• Ancient spade shaped schematic figure from the Pelos phase,   probably from Asia Minor. Early Cycladic period I 3200-2800 BC. Museum of Cycladic Art Athens, Cat no 333.  Against white.
  • Ancient spade shaped schematic figure from the Pelos phase,   probably from Asia Minor. Early Cycladic period I 3200-2800 BC. Museum of Cycladic Art Athens, Cat no 333. Grey Background.
  • Ancient spade shaped schematic figure from the Pelos phase,   probably from Asia Minor. Early Cycladic period I 3200-2800 BC. Museum of Cycladic Art Athens, Cat no 333
  • Ancient spade shaped schematic figure from the Pelos phase,   probably from Asia Minor. Early Cycladic period I 3200-2800 BC. Museum of Cycladic Art Athens, Cat no 333
  • Ancient spade shaped schematic figure from the Pelos phase,   probably from Asia Minor. Early Cycladic period I 3200-2800 BC. Museum of Cycladic Art Athens, Cat no 333. Grey Background.
  • Cycladic Canonical type, Spedos variety female figurine statuette. Early Cycladic Period II from Syros phase , (2800-2300 BC). Attributed to the 'Copenhagen Master' Museum of Cycladic Art Athens,  Against white.<br />
<br />
The short legs have no knees and end in rudimentary feet. The legs probably broke at the knees and an artists remodelled  the truncated legs with toes. It is a rare example of remodelling in Cycladic art
  • Cycladic statue figurine of the naturalistic 'Plastira' type of Paros from Glypha cemetery, grave 23, Cat no 4762. Early Cycladic Period I (Grotta-Pelos Phase 3200-2800 BC). National Archaeological Museum, Athens.   White background.<br />
<br />
<br />
This type of Cycladic figurine stand with feet lat to the ground with detailed facial features and ears to make a more realistic statue.
  • Cycladic statue figurine of the naturalistic 'Plastira' type of Paros from Glypha cemetery, grave 23, Cat no 4762. Early Cycladic Period I (Grotta-Pelos Phase 3200-2800 BC). National Archaeological Museum, Athens. Black background.<br />
<br />
This type of Cycladic figurine stand with feet lat to the ground with detailed facial features and ears to make a more realistic statue.
  • Cycladic statue figurine of the naturalistic 'Plastira' type of Paros from Glypha cemetery, grave 23, Cat no 4762. Early Cycladic Period I (Grotta-Pelos Phase 3200-2800 BC). National Archaeological Museum, Athens. <br />
<br />
This type of Cycladic figurine stand with feet lat to the ground with detailed facial features and ears to make a more realistic statue.
  • Cycladic statue figurine of the naturalistic 'Plastira' type of Paros from Glypha cemetery, grave 23, Cat no 4762. Early Cycladic Period I (Grotta-Pelos Phase 3200-2800 BC). National Archaeological Museum, Athens. <br />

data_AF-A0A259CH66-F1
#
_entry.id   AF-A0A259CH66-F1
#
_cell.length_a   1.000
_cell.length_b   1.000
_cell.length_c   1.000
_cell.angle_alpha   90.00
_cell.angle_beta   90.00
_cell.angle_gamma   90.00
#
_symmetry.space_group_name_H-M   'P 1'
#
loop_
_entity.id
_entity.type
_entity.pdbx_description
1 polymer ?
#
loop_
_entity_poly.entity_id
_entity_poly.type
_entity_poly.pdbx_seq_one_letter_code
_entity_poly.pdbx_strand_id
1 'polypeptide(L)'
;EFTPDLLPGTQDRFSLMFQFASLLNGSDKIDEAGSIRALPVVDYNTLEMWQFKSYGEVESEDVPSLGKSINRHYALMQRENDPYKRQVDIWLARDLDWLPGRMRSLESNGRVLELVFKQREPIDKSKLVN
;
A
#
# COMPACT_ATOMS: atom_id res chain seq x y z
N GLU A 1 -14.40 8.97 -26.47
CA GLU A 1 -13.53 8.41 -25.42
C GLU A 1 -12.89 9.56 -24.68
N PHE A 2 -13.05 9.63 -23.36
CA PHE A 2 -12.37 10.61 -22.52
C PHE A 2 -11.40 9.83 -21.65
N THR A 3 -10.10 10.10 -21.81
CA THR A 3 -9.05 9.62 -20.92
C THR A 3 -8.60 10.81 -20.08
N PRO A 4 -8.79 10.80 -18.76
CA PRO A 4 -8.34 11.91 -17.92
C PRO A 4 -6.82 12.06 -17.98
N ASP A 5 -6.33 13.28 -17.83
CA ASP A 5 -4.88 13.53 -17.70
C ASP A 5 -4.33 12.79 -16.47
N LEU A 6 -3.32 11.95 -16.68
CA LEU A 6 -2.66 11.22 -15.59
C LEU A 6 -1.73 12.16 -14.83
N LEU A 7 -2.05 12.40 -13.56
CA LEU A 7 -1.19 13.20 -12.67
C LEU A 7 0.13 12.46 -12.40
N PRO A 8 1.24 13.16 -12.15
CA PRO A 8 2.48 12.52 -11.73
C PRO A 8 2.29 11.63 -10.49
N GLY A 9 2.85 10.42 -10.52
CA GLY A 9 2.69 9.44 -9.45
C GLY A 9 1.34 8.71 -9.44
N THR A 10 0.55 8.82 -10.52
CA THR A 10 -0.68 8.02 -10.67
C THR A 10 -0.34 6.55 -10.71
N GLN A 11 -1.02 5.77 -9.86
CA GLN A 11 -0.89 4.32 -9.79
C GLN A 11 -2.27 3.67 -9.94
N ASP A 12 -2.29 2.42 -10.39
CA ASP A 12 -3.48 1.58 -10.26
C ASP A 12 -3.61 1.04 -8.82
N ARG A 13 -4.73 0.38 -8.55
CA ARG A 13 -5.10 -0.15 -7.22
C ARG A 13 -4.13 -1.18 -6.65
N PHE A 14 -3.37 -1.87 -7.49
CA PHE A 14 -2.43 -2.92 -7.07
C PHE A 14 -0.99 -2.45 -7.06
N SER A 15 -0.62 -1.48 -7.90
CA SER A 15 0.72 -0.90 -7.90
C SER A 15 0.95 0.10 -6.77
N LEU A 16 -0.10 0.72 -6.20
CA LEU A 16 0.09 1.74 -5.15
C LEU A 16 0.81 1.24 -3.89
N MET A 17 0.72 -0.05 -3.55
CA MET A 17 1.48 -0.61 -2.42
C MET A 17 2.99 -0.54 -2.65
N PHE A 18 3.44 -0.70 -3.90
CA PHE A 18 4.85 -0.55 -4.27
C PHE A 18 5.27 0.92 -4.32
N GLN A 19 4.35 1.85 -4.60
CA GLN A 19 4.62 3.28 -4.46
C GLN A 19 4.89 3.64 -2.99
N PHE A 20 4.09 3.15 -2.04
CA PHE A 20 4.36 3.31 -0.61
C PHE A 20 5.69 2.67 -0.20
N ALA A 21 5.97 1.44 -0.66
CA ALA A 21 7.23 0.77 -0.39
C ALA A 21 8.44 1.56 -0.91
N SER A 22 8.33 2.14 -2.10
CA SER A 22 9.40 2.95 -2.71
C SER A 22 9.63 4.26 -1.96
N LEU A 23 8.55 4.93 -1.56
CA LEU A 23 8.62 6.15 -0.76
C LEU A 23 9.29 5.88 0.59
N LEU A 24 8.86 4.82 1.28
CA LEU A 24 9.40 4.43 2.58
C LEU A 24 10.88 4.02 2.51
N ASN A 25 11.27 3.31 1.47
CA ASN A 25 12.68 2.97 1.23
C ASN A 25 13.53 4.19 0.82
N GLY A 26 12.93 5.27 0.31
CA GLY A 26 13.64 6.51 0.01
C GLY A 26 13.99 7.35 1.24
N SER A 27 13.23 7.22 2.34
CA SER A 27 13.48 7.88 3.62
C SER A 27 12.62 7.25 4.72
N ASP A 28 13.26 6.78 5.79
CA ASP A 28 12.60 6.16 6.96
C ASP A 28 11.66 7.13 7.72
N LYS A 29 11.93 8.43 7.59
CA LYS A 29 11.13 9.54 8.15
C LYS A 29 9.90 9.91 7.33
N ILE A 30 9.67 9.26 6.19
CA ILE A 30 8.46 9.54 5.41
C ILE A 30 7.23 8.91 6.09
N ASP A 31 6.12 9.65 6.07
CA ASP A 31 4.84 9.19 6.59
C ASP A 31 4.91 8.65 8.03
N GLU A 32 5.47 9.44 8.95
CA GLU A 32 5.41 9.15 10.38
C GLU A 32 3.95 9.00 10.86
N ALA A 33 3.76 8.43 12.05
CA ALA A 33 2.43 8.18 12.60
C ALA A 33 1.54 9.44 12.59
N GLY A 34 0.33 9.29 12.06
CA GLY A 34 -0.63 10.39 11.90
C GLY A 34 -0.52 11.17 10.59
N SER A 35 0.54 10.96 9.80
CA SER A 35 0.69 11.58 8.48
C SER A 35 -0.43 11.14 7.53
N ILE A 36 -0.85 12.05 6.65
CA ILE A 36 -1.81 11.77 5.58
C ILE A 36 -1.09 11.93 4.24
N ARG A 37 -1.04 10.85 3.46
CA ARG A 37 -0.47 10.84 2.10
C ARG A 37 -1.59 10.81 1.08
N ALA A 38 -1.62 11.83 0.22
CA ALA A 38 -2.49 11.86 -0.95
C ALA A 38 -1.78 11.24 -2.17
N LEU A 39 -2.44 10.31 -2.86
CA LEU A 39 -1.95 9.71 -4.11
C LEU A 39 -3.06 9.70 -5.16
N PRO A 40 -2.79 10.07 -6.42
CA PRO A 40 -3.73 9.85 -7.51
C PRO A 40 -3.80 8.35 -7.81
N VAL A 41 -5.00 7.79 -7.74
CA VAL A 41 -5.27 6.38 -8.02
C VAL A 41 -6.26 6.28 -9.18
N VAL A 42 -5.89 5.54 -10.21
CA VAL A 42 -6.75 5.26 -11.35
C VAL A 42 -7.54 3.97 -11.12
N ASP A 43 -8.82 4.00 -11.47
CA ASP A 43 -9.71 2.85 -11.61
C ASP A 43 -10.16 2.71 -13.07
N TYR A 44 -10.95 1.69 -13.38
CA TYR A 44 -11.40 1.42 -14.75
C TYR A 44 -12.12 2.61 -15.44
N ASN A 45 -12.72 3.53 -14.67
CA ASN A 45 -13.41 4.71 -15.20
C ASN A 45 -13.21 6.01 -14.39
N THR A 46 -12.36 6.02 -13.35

<br />
This type of Cycladic figurine stand with feet lat to the ground with detailed facial features and ears to make a more realistic statue.
  • Cycladic statue figurine of the naturalistic 'Plastira' type of Paros from Glypha cemetery, grave 23, Cat no 4762. Early Cycladic Period I (Grotta-Pelos Phase 3200-2800 BC). National Archaeological Museum, Athens.   Gray background.<br />
<br />
<br />
This type of Cycladic figurine stand with feet lat to the ground with detailed facial features and ears to make a more realistic statue.
  • Cycladic statue figurine of the naturalistic 'Plastira' type of Paros. Early Cycladic Period I (Grotta-Pelos Phase 3200-2800 BC). National Archaeological Museum, Athens.   White background.<br />
<br />
<br />
This type of Cycladic figurine stand with feet lat to the ground with detailed facial features and ears to make a more realistic statue.
  • Cycladic statue figurine of the naturalistic 'Plastira' type of Paros. Early Cycladic Period I (Grotta-Pelos Phase 3200-2800 BC). National Archaeological Museum, Athens. Black background.<br />
<br />
This type of Cycladic figurine stand with feet lat to the ground with detailed facial features and ears to make a more realistic statue.
  • Cycladic statue figurine of the naturalistic 'Plastira' type of Paros. Early Cycladic Period I (Grotta-Pelos Phase 3200-2800 BC). National Archaeological Museum, Athens.   Grey background.<br />
<br />
<br />
This type of Cycladic figurine stand with feet lat to the ground with detailed facial features and ears to make a more realistic statue.
  • Cycladic statue figurine of the naturalistic 'Plastira' type of Paros. Early Cycladic Period I (Grotta-Pelos Phase 3200-2800 BC). National Archaeological Museum, Athens. <br />
<br />
This type of Cycladic figurine stand with feet lat to the ground with detailed facial features and ears to make a more realistic statue.
  • Cycladic statue figurine of the naturalistic 'Plastira' type of Paros. Early Cycladic Period I (Grotta-Pelos Phase 3200-2800 BC). National Archaeological Museum, Athens.   Gray background.<br />
<br />
<br />
This type of Cycladic figurine stand with feet lat to the ground with detailed facial features and ears to make a more realistic statue.